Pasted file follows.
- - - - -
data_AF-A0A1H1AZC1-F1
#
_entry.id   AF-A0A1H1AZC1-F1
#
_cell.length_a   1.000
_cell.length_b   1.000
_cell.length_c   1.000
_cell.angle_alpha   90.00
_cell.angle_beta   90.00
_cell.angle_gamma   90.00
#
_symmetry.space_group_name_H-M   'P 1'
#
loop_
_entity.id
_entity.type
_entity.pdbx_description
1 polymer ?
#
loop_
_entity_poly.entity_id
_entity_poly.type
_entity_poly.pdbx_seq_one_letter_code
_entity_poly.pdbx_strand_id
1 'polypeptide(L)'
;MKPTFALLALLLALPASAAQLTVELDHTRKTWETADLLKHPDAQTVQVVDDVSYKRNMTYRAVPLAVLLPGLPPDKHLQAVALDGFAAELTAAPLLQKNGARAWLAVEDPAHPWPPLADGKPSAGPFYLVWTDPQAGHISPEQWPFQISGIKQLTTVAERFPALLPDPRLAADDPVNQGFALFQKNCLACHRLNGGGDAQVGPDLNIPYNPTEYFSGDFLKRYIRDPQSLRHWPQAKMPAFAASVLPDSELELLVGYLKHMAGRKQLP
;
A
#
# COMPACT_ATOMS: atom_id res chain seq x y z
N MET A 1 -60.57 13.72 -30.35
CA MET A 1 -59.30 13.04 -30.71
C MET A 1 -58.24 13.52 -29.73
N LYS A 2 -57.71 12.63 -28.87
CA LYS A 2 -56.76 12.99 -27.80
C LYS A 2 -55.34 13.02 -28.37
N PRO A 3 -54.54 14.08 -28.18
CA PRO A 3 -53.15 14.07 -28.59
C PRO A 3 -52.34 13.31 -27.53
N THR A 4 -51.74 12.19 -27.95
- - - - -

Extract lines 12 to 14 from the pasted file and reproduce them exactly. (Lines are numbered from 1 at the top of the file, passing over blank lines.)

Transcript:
_symmetry.space_group_name_H-M   'P 1'
#
loop_